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The dose effects of short-term dronabinol (oral THC) maintenance in daily cannabis users.
Drug Alcohol Depend. 2013 Feb 01; 128(1-2):64-70.DA

Abstract

BACKGROUND

Prior studies have separately examined the effects of dronabinol (oral THC) on cannabis withdrawal, cognitive performance, and the acute effects of smoked cannabis. A single study examining these clinically relevant domains would benefit the continued evaluation of dronabinol as a potential medication for the treatment of cannabis use disorders.

METHODS

Thirteen daily cannabis smokers completed a within-subject crossover study and received 0, 30, 60 and 120mg dronabinol per day for 5 consecutive days. Vital signs and subjective ratings of cannabis withdrawal, craving and sleep were obtained daily; outcomes under active dose conditions were compared to those obtained under placebo dosing. On the 5th day of medication maintenance, participants completed a comprehensive cognitive performance battery and then smoked five puffs of cannabis for subjective effects evaluation. Each dronabinol maintenance period occurred in a counterbalanced order and was separated by 9 days of ad libitum cannabis use.

RESULTS

Dronabinol dose-dependently attenuated cannabis withdrawal and resulted in few adverse side effects or decrements in cognitive performance. Surprisingly, dronabinol did not alter the subjective effects of smoked cannabis, but cannabis-induced increases in heart rate were attenuated by the 60 and 120mg doses.

CONCLUSIONS

Dronabinol's ability to dose-dependently suppress cannabis withdrawal may be therapeutically beneficial to individuals trying to stop cannabis use. The absence of gross cognitive impairment or side effects in this study supports safety of doses up to 120mg/day. Continued evaluation of dronabinol in targeted clinical studies of cannabis treatment, using an expanded range of doses, is warranted.

Authors+Show Affiliations

Johns Hopkins University School of Medicine, Baltimore, MD 21224, USA. rvandrey@jhmi.eduNo affiliation info availableNo affiliation info availableNo affiliation info availableNo affiliation info availableNo affiliation info available

Pub Type(s)

Clinical Trial
Journal Article
Research Support, N.I.H., Extramural

Language

eng

PubMed ID

22921474

Citation

Vandrey, Ryan, et al. "The Dose Effects of Short-term Dronabinol (oral THC) Maintenance in Daily Cannabis Users." Drug and Alcohol Dependence, vol. 128, no. 1-2, 2013, pp. 64-70.
Vandrey R, Stitzer ML, Mintzer MZ, et al. The dose effects of short-term dronabinol (oral THC) maintenance in daily cannabis users. Drug Alcohol Depend. 2013;128(1-2):64-70.
Vandrey, R., Stitzer, M. L., Mintzer, M. Z., Huestis, M. A., Murray, J. A., & Lee, D. (2013). The dose effects of short-term dronabinol (oral THC) maintenance in daily cannabis users. Drug and Alcohol Dependence, 128(1-2), 64-70. https://doi.org/10.1016/j.drugalcdep.2012.08.001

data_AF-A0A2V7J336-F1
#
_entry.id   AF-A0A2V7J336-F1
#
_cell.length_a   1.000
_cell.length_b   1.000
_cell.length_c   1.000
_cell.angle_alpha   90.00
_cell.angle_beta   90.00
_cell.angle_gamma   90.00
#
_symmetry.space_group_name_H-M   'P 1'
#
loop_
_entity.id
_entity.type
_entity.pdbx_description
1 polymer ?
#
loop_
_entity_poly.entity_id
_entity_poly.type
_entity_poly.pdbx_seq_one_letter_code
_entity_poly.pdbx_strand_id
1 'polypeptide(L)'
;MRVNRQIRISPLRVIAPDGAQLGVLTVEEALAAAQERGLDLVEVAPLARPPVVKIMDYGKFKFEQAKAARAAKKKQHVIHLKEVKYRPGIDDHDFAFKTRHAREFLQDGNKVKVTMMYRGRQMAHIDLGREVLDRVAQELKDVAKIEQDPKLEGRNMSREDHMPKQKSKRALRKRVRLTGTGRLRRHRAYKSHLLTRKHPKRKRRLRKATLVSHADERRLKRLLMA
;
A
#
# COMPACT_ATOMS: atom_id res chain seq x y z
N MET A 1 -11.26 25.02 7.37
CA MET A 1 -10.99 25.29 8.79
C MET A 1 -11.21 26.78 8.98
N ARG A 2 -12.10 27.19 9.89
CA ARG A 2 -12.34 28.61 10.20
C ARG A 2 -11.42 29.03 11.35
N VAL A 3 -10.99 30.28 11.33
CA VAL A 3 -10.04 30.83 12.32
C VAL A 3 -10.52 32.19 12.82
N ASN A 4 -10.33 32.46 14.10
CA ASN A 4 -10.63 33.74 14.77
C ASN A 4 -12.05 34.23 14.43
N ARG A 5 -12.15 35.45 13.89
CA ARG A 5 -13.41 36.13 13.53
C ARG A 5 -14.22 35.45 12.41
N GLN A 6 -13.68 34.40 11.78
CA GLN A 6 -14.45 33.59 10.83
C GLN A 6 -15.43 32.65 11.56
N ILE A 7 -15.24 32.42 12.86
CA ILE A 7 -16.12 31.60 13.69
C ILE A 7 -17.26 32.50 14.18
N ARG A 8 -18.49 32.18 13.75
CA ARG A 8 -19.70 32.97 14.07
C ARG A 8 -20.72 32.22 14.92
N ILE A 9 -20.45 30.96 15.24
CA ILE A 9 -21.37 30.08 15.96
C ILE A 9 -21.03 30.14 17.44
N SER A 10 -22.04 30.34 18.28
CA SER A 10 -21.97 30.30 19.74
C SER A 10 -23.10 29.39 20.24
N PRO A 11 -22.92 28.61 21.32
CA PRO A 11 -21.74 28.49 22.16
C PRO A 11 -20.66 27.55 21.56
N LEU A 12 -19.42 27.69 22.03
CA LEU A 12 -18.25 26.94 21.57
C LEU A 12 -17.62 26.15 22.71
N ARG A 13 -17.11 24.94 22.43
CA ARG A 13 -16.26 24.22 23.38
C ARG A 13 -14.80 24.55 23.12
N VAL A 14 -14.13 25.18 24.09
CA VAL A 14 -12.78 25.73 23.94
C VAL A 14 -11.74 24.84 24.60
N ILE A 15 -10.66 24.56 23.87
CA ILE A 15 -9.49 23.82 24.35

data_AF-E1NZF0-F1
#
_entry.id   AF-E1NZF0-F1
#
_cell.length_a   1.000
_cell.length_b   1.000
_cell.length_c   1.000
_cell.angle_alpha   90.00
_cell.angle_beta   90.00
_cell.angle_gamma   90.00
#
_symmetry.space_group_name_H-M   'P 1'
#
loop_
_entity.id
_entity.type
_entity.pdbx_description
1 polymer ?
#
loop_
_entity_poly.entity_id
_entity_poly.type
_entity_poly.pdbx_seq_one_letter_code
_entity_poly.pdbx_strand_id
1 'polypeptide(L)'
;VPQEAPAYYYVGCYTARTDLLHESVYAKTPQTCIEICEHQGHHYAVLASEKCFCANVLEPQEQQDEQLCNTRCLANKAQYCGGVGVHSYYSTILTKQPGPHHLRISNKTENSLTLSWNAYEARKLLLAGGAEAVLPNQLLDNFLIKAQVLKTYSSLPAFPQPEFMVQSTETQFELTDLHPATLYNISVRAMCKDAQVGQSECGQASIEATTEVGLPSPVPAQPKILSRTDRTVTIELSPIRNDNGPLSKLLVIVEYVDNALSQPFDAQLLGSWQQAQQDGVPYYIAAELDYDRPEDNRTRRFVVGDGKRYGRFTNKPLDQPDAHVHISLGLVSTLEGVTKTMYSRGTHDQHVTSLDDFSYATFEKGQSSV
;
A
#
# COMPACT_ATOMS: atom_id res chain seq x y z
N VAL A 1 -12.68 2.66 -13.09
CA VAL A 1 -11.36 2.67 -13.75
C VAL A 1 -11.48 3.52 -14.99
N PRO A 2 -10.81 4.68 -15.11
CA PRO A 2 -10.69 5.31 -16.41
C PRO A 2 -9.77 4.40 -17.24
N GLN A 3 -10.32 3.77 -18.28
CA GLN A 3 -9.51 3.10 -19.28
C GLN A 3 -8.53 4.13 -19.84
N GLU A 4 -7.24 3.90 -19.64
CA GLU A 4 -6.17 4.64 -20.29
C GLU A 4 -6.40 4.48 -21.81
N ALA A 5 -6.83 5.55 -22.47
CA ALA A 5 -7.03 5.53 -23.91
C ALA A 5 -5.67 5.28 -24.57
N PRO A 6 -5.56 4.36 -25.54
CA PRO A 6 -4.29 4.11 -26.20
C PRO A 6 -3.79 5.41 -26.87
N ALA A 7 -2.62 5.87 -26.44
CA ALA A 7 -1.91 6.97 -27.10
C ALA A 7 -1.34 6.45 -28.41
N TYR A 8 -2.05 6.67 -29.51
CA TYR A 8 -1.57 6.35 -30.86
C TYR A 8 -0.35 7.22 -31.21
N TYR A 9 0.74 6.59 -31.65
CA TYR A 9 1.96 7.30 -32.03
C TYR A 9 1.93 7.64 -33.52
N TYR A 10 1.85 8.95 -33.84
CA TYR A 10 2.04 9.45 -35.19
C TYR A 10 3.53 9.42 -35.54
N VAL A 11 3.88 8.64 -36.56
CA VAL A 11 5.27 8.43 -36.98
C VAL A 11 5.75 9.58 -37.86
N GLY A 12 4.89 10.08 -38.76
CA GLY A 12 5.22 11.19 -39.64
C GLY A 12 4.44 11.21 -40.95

Vandrey R, et al. The Dose Effects of Short-term Dronabinol (oral THC) Maintenance in Daily Cannabis Users. Drug Alcohol Depend. 2013 Feb 1;128(1-2):64-70. PubMed PMID: 22921474.
* Article titles in AMA citation format should be in sentence-case
TY - JOUR T1 - The dose effects of short-term dronabinol (oral THC) maintenance in daily cannabis users. AU - Vandrey,Ryan, AU - Stitzer,Maxine L, AU - Mintzer,Miriam Z, AU - Huestis,Marilyn A, AU - Murray,Jeannie A, AU - Lee,Dayong, Y1 - 2012/08/22/ PY - 2012/05/07/received PY - 2012/07/19/revised PY - 2012/08/01/accepted PY - 2012/8/28/entrez PY - 2012/8/28/pubmed PY - 2013/6/25/medline SP - 64 EP - 70 JF - Drug and alcohol dependence JO - Drug Alcohol Depend VL - 128 IS - 1-2 N2 - BACKGROUND: Prior studies have separately examined the effects of dronabinol (oral THC) on cannabis withdrawal, cognitive performance, and the acute effects of smoked cannabis. A single study examining these clinically relevant domains would benefit the continued evaluation of dronabinol as a potential medication for the treatment of cannabis use disorders. METHODS: Thirteen daily cannabis smokers completed a within-subject crossover study and received 0, 30, 60 and 120mg dronabinol per day for 5 consecutive days. Vital signs and subjective ratings of cannabis withdrawal, craving and sleep were obtained daily; outcomes under active dose conditions were compared to those obtained under placebo dosing. On the 5th day of medication maintenance, participants completed a comprehensive cognitive performance battery and then smoked five puffs of cannabis for subjective effects evaluation. Each dronabinol maintenance period occurred in a counterbalanced order and was separated by 9 days of ad libitum cannabis use. RESULTS: Dronabinol dose-dependently attenuated cannabis withdrawal and resulted in few adverse side effects or decrements in cognitive performance. Surprisingly, dronabinol did not alter the subjective effects of smoked cannabis, but cannabis-induced increases in heart rate were attenuated by the 60 and 120mg doses. CONCLUSIONS: Dronabinol's ability to dose-dependently suppress cannabis withdrawal may be therapeutically beneficial to individuals trying to stop cannabis use. The absence of gross cognitive impairment or side effects in this study supports safety of doses up to 120mg/day. Continued evaluation of dronabinol in targeted clinical studies of cannabis treatment, using an expanded range of doses, is warranted. SN - 1879-0046 UR - https://www.unboundmedicine.com/medline/citation/22921474/The_dose_effects_of_short_term_dronabinol__oral_THC__maintenance_in_daily_cannabis_users_ L2 - https://linkinghub.elsevier.com/retrieve/pii/S0376-8716(12)00292-X DB - PRIME DP - Unbound Medicine ER -